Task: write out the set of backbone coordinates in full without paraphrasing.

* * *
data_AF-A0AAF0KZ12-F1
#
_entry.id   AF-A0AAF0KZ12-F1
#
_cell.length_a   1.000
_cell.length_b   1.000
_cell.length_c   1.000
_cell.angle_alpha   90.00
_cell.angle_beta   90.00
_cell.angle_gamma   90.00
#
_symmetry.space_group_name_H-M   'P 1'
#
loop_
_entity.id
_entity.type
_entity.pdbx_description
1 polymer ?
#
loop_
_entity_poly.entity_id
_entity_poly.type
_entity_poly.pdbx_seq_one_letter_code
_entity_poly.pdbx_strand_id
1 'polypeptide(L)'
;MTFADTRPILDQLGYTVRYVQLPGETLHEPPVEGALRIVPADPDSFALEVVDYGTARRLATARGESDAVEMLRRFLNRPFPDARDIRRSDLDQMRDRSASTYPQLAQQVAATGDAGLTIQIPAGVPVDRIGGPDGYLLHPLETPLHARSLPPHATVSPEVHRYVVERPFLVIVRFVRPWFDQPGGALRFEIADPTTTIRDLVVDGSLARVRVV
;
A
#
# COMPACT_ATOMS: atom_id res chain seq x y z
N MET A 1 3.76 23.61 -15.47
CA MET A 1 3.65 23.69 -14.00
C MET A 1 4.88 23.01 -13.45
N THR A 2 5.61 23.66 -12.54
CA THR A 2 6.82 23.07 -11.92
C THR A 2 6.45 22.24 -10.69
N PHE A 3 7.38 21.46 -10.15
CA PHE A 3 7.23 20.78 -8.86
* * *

data_AF-A0AAF0KZ12-F1
#
_entry.id   AF-A0AAF0KZ12-F1
#
_cell.length_a   1.000
_cell.length_b   1.000
_cell.length_c   1.000
_cell.angle_alpha   90.00
_cell.angle_beta   90.00
_cell.angle_gamma   90.00
#
_symmetry.space_group_name_H-M   'P 1'
#
loop_
_entity.id
_entity.type
_entity.pdbx_description
1 polymer ?
#
loop_
_entity_poly.entity_id
_entity_poly.type
_entity_poly.pdbx_seq_one_letter_code
_entity_poly.pdbx_strand_id
1 'polypeptide(L)'
;MTFADTRPILDQLGYTVRYVQLPGETLHEPPVEGALRIVPADPDSFALEVVDYGTARRLATARGESDAVEMLRRFLNRPFPDARDIRRSDLDQMRDRSASTYPQLAQQVAATGDAGLTIQIPAGVPVDRIGGPDGYLLHPLETPLHARSLPPHATVSPEVHRYVVERPFLVIVRFVRPWFDQPGGALRFEIADPTTTIRDLVVDGSLARVRVV
;
A
#
# COMPACT_ATOMS: atom_id res chain seq x y z
N MET A 1 3.76 23.61 -15.47
CA MET A 1 3.65 23.69 -14.00
C MET A 1 4.88 23.01 -13.45
N THR A 2 5.61 23.66 -12.54
CA THR A 2 6.82 23.07 -11.92
C THR A 2 6.45 22.24 -10.69
N PHE A 3 7.38 21.46 -10.15
CA PHE A 3 7.23 20.78 -8.86